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Tampa Bay’s long journey to becoming a Stanley Cup Champion, Part Two

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Every team starts somewhere, but not all of them make it to the top.

2015 NHL Stanley Cup Final - Game Six Photo by Bruce Bennett/Getty Images

The journey is over! The Tampa Bay Lightning have become champions once again with their 2-0 victory over the Dallas Stars in Game 6 of the 2020 Stanley Cup Final. To say this championship was a long time coming would be an understatement. However, the journey taken by this organization, and two key pieces of its core (Steven Stamkos and Victor Hedman), started over a decade ago.

In this three part series, I will go through the phases the Lightning went through to reach the pinnacle of the hockey world. There will be some great and painful memories as we go traverse how Tampa Bay changed over the years. Buckle up folks!

It all started on May 25, 2010. The day the Tampa Bay Lightning decided to take themselves seriously as a NHL franchise once again. The day new owner Jeff Vinik hired legendary Hall of Famer, Steve Yzerman to guide the franchise forward as Vice President and General Manager.

It was under Yzerman’s watch that the Lightning would eventually transform into one of the model franchises in the NHL. He provided stability, clear vision, and a patient outlook in the front office for the organization to rally around and identify itself with. This championship team does not happen without the work of Steve Yzerman.

Note: I will be annotating the integral players that helped Tampa Bay hoist the cup this season. So, please, do not get upset that I gloss over other players who had good tenures with the Lightning. This is already a long enough piece as is, haha.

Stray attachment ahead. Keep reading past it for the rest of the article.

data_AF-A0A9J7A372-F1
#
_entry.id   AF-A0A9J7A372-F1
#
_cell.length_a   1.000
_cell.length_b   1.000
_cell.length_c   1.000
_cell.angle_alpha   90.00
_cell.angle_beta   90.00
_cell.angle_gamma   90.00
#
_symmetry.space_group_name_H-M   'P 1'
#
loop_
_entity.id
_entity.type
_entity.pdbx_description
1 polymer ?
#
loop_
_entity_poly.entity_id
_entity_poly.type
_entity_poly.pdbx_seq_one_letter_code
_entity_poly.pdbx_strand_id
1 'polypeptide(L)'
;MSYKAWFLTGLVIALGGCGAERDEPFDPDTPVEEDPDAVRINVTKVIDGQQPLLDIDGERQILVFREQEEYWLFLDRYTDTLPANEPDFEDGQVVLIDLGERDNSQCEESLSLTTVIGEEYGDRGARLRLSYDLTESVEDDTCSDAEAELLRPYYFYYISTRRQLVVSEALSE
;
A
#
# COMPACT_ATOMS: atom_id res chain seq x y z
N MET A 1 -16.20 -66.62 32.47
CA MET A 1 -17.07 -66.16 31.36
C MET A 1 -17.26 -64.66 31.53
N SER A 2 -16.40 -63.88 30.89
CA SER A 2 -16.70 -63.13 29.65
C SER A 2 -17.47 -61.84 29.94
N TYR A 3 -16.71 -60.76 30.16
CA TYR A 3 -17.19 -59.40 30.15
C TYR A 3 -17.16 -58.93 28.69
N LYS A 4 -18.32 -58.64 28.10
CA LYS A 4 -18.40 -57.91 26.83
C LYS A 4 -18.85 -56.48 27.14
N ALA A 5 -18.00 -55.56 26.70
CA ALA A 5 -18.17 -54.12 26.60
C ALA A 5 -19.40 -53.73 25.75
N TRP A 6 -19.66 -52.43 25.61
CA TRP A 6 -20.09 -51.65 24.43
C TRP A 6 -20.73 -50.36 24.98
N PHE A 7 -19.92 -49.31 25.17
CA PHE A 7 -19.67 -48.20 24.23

Part Two: On The Brink, Not Close Enough (2014-2015 to 2016-2017)

The 2014 Lightning surprised a lot of teams across the league, but there were adjustments to the roster that needed to be made. So, Yzerman went to work in the offseason by re-signing Ryan Callahan to a six-year, $34.8 million contract. He followed that signing by conducting eight trades, four during the NHL draft, to free up cap space and gather assets. Of note, the two most impactful trades saw the acquisition of defensemen Jason Garrison from Vancouver for a 2014 second-round pick, and trading up one spot with the Minnesota Wild to select Brayden Point 79th overall. In free agency, Yzerman signed Brian Boyle (three years, $6 million) and Anton Stralman (five years, $22million).

The 2015 Lightning were expected to make the playoffs and maybe win a series or two. Instead, they became a darkhorse Stanley Cup contender as they posted a 50-24-8 record and secured a second place finish in the Atlantic division once again.

The integral players to make their debut for the Lightning during the 2014-2015 season were Andrei Vasilevskiy (December 16, 2014), who replaced Evgeni Nabokov in the backup position behind starter Ben Bishop, and Braydon Coburn (March 3, 2015), who was acquired at the trade deadline as Radko Gudas, a 2015 first and third-round pick were sent to the Philadelphia Flyers.